Data was retrieved from the author’s clinic database of OAD failure patients (18-80 years) who were started on basal insulin (IGlar U100, n = 120) or IDegAsp (n = 89) OD over and above the standard of care. The data of FPG, postprandial plasma glucose (PPG) and HbA1c from baseline and at last follow-up visit was collected for analysis.

Key eligibility criteria for study consisted of the following:

Inclusion Criteria

  • Indian insulin naïve adults with T2DM.
  • Age 18 to 80 years.
  • On stable optimal dose of 3 OADs for last 90 days.
  • HbA1c <11%.

Exclusion Criteria

  • Type 1, gestational diabetes mellitus (GDM) and other types of diabetes.
  • Pregnancy and lactation.
  • Requiring insulin as rescue medication due to intercurrent illness in last 3 months.
  • Incomplete dataset and irregular intake of history of insulin.
  • Faulty injection technique.

All patients visiting the author’s outdoor clinic from 1st January 2019 to 30th October 2019 were assessed for the type of diabetes therapy. Patients who had been on basal insulin (IGlar U100) or IDegAsp, OD for 35 weeks or more were included in the study. Informed consent was obtained from all subjects. Details were collected regarding basic demographics, dosage, frequency of insulin, body weight, blood pressure and glycemic control. Indications for the use of IGlar U100 and IDegAsp were recorded. Data is expressed using descriptive statistics as mean ± SEM (standard error of the mean), wherever applicable. Data was analyzed using SPSS/Microsoft Excel software.

Baseline characteristics and changes in study parameters during the follow-up period were compared between two groups (IGlar U100 vs. IDegAsp) by unpaired t-test and paired t-test, respectively. Analysis of covariance (ANCOVA) test was used to compare the percentage change in body weight, body mass index (BMI), FPG, PPG and HbA1c between two groups (IGlar U100 vs. IDegAsp). Data at baseline, 35.56 ± 25.97 weeks (IGlar U100 cohort), and 28.53 ± 19.63 weeks (IDegAsp cohort) was used for analysis.


Subjects were treated with either IDegAsp or IGlar U100 OD, using stratification (by previous OAD treatment). The IDegAsp dose was administered subcutaneously just before the largest meal of the day and IGlar U100 (Lantus®, SoloSTAR®, Sanofi-Aventis, Frankfurt, Germany) was administered according to the approved labeling (either before breakfast or at bedtime).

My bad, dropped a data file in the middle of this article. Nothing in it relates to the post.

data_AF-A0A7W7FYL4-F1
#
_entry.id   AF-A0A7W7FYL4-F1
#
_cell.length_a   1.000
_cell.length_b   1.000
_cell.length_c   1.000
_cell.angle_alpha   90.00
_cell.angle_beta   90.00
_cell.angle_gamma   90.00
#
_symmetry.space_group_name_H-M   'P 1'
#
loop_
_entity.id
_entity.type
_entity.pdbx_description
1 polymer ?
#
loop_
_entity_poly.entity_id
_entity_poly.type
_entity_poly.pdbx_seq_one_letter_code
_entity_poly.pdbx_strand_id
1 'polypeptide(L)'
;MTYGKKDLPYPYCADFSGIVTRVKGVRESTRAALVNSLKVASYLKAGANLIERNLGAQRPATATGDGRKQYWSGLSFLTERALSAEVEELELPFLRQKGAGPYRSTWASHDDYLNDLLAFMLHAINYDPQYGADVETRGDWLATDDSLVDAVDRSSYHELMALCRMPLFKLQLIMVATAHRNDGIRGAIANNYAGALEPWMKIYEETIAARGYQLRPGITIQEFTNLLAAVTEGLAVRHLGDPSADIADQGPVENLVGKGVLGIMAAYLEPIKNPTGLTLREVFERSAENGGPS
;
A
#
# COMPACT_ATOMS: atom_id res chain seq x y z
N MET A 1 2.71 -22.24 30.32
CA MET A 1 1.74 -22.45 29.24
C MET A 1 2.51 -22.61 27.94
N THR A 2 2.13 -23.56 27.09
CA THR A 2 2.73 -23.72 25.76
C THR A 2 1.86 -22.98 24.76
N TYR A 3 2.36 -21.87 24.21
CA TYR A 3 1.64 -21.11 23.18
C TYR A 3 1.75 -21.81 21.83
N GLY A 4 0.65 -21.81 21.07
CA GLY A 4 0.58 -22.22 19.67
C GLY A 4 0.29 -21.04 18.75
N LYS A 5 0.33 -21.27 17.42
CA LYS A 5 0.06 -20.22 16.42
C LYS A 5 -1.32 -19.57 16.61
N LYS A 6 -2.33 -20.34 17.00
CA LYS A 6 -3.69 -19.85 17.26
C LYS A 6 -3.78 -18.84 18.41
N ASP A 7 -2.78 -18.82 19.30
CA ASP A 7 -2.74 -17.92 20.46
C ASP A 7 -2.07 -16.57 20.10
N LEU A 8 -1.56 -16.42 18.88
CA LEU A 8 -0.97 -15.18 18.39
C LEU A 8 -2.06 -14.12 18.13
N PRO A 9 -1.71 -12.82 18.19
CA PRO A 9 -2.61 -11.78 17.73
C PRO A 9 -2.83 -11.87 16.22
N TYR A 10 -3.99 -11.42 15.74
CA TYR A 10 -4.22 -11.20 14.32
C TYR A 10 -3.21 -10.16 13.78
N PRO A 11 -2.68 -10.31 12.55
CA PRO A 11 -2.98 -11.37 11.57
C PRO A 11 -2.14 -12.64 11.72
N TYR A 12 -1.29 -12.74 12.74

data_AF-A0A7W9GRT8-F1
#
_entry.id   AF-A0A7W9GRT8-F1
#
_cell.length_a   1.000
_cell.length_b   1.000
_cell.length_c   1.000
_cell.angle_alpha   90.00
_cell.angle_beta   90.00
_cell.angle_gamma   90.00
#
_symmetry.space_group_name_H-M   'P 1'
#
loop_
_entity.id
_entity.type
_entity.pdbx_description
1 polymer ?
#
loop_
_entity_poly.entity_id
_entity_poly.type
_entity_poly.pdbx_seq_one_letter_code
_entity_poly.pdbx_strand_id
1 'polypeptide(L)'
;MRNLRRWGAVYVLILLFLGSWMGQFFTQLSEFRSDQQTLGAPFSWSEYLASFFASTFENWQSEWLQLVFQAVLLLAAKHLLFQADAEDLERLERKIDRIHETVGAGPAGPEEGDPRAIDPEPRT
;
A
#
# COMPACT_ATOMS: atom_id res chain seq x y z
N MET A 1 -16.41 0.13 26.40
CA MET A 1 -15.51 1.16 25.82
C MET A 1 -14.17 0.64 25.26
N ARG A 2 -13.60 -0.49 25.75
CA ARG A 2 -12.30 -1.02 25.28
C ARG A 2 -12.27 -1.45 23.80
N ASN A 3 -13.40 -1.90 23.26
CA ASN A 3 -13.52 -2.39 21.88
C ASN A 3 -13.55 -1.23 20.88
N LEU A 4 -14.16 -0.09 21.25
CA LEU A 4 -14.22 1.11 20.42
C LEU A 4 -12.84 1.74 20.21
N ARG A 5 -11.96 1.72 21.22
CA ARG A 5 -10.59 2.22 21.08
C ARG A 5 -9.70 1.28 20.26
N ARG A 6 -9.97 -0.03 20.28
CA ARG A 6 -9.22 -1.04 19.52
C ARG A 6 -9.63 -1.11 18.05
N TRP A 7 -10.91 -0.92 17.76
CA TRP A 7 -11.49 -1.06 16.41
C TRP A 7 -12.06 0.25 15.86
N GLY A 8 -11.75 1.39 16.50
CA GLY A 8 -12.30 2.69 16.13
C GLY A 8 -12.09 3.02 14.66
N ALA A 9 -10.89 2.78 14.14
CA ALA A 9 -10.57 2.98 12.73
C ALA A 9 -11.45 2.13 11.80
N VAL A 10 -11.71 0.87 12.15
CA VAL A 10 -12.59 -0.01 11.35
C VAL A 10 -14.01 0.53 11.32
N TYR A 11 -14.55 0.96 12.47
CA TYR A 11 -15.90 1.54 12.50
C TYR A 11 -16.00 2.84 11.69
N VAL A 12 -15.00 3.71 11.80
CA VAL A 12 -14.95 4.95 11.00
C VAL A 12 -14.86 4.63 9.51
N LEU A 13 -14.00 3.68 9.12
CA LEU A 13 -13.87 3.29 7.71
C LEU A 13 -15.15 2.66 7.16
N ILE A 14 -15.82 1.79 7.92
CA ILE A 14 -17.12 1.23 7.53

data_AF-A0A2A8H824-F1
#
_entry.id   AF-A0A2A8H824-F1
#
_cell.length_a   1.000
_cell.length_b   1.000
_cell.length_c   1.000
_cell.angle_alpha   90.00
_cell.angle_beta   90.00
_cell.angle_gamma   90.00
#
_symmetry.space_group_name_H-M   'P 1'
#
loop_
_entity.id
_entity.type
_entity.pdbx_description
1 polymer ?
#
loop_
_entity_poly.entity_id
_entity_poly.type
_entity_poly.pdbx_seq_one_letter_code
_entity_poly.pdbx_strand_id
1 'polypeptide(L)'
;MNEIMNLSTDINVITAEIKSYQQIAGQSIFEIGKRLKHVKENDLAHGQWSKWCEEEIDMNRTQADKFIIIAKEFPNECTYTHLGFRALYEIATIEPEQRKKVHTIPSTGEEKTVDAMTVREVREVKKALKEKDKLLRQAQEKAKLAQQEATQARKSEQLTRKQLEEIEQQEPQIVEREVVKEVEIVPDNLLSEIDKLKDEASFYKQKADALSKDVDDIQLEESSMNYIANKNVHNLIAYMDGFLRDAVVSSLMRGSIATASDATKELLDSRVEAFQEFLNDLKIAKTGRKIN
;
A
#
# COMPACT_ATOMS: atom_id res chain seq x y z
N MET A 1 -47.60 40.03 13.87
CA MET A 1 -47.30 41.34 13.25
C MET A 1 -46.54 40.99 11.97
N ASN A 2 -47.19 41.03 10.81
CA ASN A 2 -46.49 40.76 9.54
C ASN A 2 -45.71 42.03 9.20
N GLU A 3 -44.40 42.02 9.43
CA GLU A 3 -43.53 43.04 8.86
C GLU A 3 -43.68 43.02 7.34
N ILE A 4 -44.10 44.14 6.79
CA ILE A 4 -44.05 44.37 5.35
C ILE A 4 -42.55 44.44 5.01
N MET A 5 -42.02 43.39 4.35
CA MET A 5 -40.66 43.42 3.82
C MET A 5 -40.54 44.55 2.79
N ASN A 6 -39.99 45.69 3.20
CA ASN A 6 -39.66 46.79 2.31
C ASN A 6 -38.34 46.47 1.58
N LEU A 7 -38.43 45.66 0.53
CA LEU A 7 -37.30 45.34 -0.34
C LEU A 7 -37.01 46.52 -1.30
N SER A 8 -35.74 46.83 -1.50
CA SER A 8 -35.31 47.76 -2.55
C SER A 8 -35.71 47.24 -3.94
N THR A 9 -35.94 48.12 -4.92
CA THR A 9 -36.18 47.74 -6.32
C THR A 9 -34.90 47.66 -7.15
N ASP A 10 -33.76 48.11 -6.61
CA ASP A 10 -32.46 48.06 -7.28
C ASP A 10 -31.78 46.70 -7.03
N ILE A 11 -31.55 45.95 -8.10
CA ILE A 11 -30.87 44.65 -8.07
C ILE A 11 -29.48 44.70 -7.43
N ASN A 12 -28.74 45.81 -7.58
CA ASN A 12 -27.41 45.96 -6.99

The baseline demographics and clinical parameters were found to be comparable, except for body weight that was nonsignificantly higher in the IGlar U100 arm and hence required a higher insulin dose. The mean (±SD) duration of follow-up was 35.56 ± 25.97 weeks in IGlar U100 cohort and 28.53 ± 19.63 weeks in IDegAsp cohort and this difference was nonsignificant (p = 0.104). The glycemic triad, i.e., FPG, PPG and HbA1c was significantly reduced from baseline in both the arms (Table 1).

Table 1. Baseline Characteristics of the Patients


IGlar U100 (n = 120)

IDegAsp (n = 89)

P (t-test)

Male, n (%)

71 (59.17)

53 (59.55)


Female, n (%)

49 (40.83)

36 (40.45)


Age (years), Mean ± SEM

61.88 ± 10.87

59.49 ± 3.31


Body weight (kg), Mean ± SEM

69.65 ± 2.13

68.51 ± 11.88


SBP (mmHg), Mean ± SEM

132.22 ± 2.21

130.65 ± 2.28


DBP (mmHg), Mean ± SEM

80.56 ± 1.31

78.97 ± 1.73


BMI (kg/m2), Mean ± SEM

26.78 ± 3.22

26.97 ± 2.19


FPG (mg/dL), Mean ± SEM

230.69 ± 7.49

236.08 ± 86.31


PPG (mg/dL), Mean ± SEM

295.18 ± 11.75

309.06 ± 106.76


HbA1c (%), Mean ± SEM

9.61 ± 0.78

9.61 ± 2.12


Insulin dose (IU), Mean ± SEM

13.44 ± 0.41

10.23 ± 1.41


Insulin dose/kg body wt. (IU), Mean ± SEM

0.20 ± 0.18

0.14 ± 0.09


LDL cholesterol (mg/dL), Mean ± SEM

90.01 ± 3.99

81.31 ± 4.86


Serum creatinine (mg/dL), Mean ± SEM

0.95 ± 0.03

1.01 ± 0.33


SEM = Standard error mean; SBP = Systolic blood pressure; DBP = Diastolic blood pressure; BMI = Body mass index; FPG = Fasting plasma glucose; PPG = Postprandial plasma glucose; HbA1c = Glycated hemoglobin; LDL = Low-density lipoprotein.

P < 0.05 considered as statistically significant, p computed by unpaired t-test.

However, IDegAsp caused statistically significant greater reduction in FPG, PPG and HbA1c as compared to the IGlar U100 arm. Three patients of IGlar U100 complained of injection site burning but no such adverse events were reported in the IDegAsp arm. There were overall 18 episodes of hypoglycemia in the IGlar U100 group and 10 episodes in the IDegAsp group. Though the proportion of patients with hypoglycemia was higher in IGlar U100 group as compared to IDegAsp group, the difference failed to reach any statistical significance (p = 0.208; Chi-square test). Severe hypoglycemia episodes were not reported.

Eighty-nine subjects (53 men and 36 women; mean age 59.49 ± 3.31 years) received IDegAsp and, 120 subjects (71 men and 49 women; mean age 61.88 ± 10.87 years) who received IGlar U100 treatment had completed the duration of 26 weeks or more. Fall in HbA1c from baseline to follow-up visit was 9.61 ± 0.78% to 8.56 ± 0.18% in the IGlar U100 cohort, and from 9.61 ± 2.12% to 8.02 ± 1.02% in the IDegAsp cohort. Mean percentage reduction in the IDegAsp cohort was found to be -16.55 ± 4.07 and was statistically significant (p = 0.044) compared -9.88 ± 2.22 in the IGlar U100 cohort.